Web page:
The Rams also have Josh Gordy, who started last season after Ron Bartell and Fletcher suffered season-ending injuries. Jerome Murphy would have competed for a starting role last year had it not been for a broken ankle early in training camp.

The Rams also took Montana’s Trumaine Johnson in the third round. Snead said after the Rams drafted him that the 6’2” Johnson has starter ability. If each of those six players work out and can contribute, the Rams could go from having an injury-depleted secondary to one of the league’s better groups.

Rounding out the secondary will be three players—Darian Stewart, Craig Dahl and Quintin Mikell—vying for the two starting safety spots. All three started at times last year. Mikell started all 16 games last year after coming over from Philadelphia. He had 91 tackles—the second-highest total of his nine-year career.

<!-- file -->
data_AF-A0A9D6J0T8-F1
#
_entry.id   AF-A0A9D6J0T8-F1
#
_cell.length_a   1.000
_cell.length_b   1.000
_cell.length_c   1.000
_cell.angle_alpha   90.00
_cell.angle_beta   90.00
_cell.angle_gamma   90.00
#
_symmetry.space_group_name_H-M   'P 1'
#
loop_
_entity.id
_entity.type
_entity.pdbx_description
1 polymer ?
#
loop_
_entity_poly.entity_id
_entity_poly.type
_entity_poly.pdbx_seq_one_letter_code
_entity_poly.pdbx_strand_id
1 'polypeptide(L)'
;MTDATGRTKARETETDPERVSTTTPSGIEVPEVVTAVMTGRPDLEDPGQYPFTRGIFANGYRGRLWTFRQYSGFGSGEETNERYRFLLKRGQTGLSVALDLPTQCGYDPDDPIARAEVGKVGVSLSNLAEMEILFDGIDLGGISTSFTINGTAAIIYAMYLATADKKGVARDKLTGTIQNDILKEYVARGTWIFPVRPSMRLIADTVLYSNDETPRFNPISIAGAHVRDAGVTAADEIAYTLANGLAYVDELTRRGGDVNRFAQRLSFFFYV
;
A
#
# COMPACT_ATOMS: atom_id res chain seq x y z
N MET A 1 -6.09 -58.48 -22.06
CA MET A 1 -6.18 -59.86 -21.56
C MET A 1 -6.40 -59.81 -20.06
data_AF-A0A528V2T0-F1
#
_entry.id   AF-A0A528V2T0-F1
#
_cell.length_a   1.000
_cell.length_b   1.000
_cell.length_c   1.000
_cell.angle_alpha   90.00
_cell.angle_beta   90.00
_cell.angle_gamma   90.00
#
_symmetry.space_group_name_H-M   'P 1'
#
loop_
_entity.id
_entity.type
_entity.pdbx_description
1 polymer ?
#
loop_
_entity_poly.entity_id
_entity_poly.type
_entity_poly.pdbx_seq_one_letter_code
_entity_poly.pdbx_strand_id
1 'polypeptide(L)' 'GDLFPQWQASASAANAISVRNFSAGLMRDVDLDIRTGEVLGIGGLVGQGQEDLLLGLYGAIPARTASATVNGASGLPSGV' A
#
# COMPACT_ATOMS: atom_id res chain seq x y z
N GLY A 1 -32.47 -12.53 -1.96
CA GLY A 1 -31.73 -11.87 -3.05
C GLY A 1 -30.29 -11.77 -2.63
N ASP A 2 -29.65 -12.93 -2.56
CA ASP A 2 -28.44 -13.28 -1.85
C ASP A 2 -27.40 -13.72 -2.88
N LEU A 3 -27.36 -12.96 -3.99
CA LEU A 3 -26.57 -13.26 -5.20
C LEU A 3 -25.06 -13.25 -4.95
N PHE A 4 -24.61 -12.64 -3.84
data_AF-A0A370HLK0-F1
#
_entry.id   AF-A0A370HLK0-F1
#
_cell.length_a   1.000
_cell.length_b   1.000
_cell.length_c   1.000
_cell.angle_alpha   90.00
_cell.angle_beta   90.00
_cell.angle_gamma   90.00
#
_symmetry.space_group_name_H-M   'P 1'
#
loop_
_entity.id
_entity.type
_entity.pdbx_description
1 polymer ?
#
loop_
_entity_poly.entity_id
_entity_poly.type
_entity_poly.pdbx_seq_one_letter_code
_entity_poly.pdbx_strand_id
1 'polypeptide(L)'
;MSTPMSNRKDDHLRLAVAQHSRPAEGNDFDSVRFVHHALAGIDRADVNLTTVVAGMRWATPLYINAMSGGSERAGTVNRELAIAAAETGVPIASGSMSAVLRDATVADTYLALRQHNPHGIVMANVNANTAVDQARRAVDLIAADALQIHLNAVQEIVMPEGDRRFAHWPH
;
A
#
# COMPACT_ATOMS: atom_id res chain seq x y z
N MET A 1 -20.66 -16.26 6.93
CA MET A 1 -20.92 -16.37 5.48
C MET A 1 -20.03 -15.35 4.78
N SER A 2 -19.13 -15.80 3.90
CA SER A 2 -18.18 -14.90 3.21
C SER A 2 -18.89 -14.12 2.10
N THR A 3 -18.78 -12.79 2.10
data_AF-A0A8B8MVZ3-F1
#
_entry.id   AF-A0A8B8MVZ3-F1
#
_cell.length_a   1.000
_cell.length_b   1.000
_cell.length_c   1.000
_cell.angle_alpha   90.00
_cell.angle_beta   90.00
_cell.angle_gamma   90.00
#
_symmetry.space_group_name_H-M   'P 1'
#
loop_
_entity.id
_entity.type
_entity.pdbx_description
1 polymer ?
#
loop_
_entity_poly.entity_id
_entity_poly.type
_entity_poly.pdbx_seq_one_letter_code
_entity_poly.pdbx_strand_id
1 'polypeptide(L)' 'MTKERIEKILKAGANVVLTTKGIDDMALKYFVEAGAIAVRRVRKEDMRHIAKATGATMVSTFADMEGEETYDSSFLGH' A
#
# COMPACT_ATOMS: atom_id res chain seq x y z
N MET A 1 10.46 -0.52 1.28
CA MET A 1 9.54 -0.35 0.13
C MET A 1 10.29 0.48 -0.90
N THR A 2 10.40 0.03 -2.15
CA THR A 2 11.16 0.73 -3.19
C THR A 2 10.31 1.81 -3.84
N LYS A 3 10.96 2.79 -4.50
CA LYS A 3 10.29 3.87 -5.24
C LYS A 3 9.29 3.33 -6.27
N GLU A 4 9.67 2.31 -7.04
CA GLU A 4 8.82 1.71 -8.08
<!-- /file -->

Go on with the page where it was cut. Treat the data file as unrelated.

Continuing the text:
Dahl is a smart player who does all right against the run, but is a terrible liability in pass coverage. Stewart is a better tackler and slightly better against the pass. Both are better suited as a strong safety, but the edge should go to Stewart.

Another wild card is undrafted rookie Matt Daniels out of Duke. Daniels was one of the better college prospects to go undrafted and is a big reason why pundits like Gil Brandt think the Rams had the best undrafted rookie class in the league. Daniels could win a roster spot, and who knows from there? Stewart, after all, was an undrafted rookie in 2010 and started 13 games last season.

Position battles are what training camp is all about. For the new coaching staff in St. Louis, they’ve got a lot to ponder.